August 12, 2022
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  • 12:37 pm When Dr. Davis speaks, Toros Pay Close Attention
  • 3:38 pm Investing in the Future: Dr. Thomas A. Parham Reflects on the Past Eight Months and Contemplates​ the University’s Future
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  • 1:09 pm One Decade and Many Memories Later
  • 3:50 am Championship Feeling Gets Closer

Seasonal Affective Disorder (SAD) affects 5% of Americans and 0.5-3% of the general population globally. One of the symptoms includes loss of motivation and lack of energy.  Photo by Catalina Garcia

By: Catalina Garcia, Staff Reporter

With the gloomy days upon us, days getting shorter, and the weather getting colder, you might be feeling the “Winter Blues”. The deep feeling of sadness and loneliness is slowly settling within you. The days go by in the blink of an eye and the constant question of, “Where are the days going?” makes a repeated appearance in your thoughts. If any of these sound familiar, you might be part of the 5% of United States adults that experience seasonal depression, also clinically known as “Seasonal Affective Disorder” (SAD). 

SAD affects  0.5-3% of people in the general population in the U.S. About 10-20% of individuals with general depressive disorder experience SAD, and 25% of individuals with bipolar disorder also experience SAD.

For many around this time of year, symptoms of the ever-growing seasonal depression start in the fall season and carry over into the winter. Symptoms for seasonal depression include but are not necessarily limited to; feeling sad most days, loss of interest in activities, low energy, feeling sluggish, difficulty concentrating, feeling hopeless, worthless, or guilty, and having frequent thoughts of death or suicide. 

To a big surprise, seasonal depression is also not only limited to the fall and winter months, as most people think, but individuals can also experience seasonal depression in the spring and summer months as well. While individuals in the fall and winter gain weight, have low energy, and sleep more; individuals in the spring and summer with SAD experience symptoms like; insomnia, weight loss, and high agitation and anxiety. But the question remains; Why do individuals experience Seasonal Affective Disorder? 

According to Mayo Clinic, a non-profit organization that focuses on health and medical research, for those who experience SAD during the fall and winter months, it can be a factor of not receiving enough sunlight. The lack of sunlight can alter the individual’s internal, or biological clock, and leave them with feelings of depression.

Fewer hours of sunlight, common in the months of Sept. through March., can result in the body’s drop in serotonin levels which leads to a more depressive state.

Adriana Martin del Campo, a Master of Social Work student at California State University, Dominguez Hills, reflects how her seasonal depression alters her productivity, “when the weather gets gloomy and it feels cold out, I just don’t want to do anything or go anywhere… all I want to do is just stay in and lay in bed,” she said. According to Martin del Campo, the feeling of loss of motivation is not a good mix when it comes to the workload of a Master’s program, especially social work.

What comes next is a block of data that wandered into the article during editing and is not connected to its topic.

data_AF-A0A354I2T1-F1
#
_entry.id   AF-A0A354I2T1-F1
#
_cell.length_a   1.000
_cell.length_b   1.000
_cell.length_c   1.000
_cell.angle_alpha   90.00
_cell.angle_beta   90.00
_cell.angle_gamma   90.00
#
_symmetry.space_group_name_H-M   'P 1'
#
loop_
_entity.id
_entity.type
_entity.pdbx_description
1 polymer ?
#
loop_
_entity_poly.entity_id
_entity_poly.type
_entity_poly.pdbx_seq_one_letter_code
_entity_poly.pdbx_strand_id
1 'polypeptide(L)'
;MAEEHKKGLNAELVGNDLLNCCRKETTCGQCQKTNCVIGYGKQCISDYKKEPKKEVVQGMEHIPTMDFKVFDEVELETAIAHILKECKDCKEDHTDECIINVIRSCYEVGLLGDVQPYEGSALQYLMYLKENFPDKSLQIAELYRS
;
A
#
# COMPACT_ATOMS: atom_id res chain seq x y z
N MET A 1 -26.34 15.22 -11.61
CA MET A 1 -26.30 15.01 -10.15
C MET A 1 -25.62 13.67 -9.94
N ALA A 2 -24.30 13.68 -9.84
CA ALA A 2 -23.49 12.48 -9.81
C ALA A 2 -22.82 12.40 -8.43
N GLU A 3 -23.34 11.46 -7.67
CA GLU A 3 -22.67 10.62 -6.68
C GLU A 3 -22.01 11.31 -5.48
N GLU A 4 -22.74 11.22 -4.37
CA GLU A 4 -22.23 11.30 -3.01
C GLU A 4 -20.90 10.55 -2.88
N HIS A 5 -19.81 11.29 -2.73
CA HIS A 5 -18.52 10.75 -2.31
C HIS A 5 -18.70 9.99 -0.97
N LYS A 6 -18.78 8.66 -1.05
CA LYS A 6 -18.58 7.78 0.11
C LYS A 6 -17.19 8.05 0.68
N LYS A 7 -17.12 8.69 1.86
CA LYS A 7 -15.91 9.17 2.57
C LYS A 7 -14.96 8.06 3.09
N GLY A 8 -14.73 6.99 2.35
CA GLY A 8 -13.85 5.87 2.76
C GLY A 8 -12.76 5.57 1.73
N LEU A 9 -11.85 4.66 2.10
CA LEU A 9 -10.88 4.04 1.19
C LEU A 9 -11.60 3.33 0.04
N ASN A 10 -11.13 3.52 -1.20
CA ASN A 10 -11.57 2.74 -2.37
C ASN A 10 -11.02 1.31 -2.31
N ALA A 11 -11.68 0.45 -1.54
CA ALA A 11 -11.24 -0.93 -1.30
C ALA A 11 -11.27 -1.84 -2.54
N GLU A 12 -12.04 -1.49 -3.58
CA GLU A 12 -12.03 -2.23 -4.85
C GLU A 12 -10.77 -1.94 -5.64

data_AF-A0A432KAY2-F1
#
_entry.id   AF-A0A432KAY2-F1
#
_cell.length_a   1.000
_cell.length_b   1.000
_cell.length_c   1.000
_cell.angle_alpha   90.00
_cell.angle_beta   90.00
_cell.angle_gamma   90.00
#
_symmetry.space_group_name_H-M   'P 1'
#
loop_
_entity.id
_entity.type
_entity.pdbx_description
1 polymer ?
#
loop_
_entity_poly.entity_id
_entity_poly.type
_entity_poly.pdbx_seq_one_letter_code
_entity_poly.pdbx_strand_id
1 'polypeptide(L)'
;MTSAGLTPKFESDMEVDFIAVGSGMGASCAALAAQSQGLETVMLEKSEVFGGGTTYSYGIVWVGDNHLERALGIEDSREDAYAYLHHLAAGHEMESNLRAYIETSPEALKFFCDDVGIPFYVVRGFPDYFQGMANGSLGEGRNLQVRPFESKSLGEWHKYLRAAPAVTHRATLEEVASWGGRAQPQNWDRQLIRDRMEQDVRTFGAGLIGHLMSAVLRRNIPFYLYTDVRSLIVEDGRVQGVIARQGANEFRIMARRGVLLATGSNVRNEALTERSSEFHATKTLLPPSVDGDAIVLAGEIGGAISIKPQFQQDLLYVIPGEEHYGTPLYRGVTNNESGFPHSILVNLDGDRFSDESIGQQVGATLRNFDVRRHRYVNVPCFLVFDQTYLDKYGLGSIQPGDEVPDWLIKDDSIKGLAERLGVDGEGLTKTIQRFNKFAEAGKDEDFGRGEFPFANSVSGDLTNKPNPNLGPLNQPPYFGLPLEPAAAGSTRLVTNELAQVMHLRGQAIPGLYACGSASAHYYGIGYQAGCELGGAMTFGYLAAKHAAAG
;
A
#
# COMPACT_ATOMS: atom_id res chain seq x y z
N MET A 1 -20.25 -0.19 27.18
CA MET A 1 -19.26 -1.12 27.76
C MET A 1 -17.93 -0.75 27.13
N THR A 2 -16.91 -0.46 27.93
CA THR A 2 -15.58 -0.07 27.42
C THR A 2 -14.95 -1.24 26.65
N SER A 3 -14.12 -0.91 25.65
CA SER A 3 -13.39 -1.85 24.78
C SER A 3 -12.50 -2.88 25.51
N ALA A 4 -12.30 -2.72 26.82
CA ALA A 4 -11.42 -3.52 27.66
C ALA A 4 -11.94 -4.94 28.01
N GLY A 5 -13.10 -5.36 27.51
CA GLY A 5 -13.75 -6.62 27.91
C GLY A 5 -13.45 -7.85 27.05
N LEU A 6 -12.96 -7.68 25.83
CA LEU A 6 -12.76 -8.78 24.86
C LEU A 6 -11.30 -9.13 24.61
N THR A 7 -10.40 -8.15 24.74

Martin del Campo’s symptoms of her seasonal depression do not happen every winter. Martin del Campo falls in the 30-50% of people who experience SAD in non-consecutive years. They skip years and experience their SAD every other year, meaning that they simply never know if they will be affected by their SAD or not.

For those diagnosed with bipolar disorder and experiencing SAD during the spring and summer months, can bring on the feelings of mania or the less intense form of mania called Hypomania. For those not diagnosed with bipolar disorder that experience SAD, in the spring and summer months, due to there being more sunlight hours, it can make the person feel anxious and cause a lack of sleep leading to the feeling of depression.

 Dr. Adam Kaplin, a psychiatrist at John Hopkins Medical, believes those that experience their seasonal depression in the fall and winter months find themselves in the spring and summer with the energy and motivation to eventually commit suicide. This is due to them being in solitary for months on end. They then emerge into a time of rebirth and rejuvenation and feel dark and lonely. 

One of the top and most popular effective treatments for fall and winter SAD is more sunlight. But since there is less sunlight during these months a Sunlight Lamp is a highly encouraged substitute to help. Some other clinical treatments for SAD include; cognitive behavioral therapy (CBT) or antidepressant medication (if prescribed by a doctor). 

For individuals that are trying to avoid clinical treatments some things that Martin del Campo does to try and navigate through her seasonal depression is going for a walk to distract herself from her thoughts or feelings, if she is feeling tired, simply going to sleep and trying to catch up on rest. She also tries and does arts and crafts to have more light-hearted and fun distractions. She encourages those who are potentially feeling this way during the upcoming months to try and follow in her footsteps, and create restorative habits for themselves.  

If you or someone you know may be considering suicide or harming themselves please contact the National Suicide Prevention Lifeline: 1-800-273-8255 (En Español: 1-888-628-9454; Deaf and Hard of Hearing: 1-800-799-4889) or text the Crisis Text Line by texting HOME to 741741.


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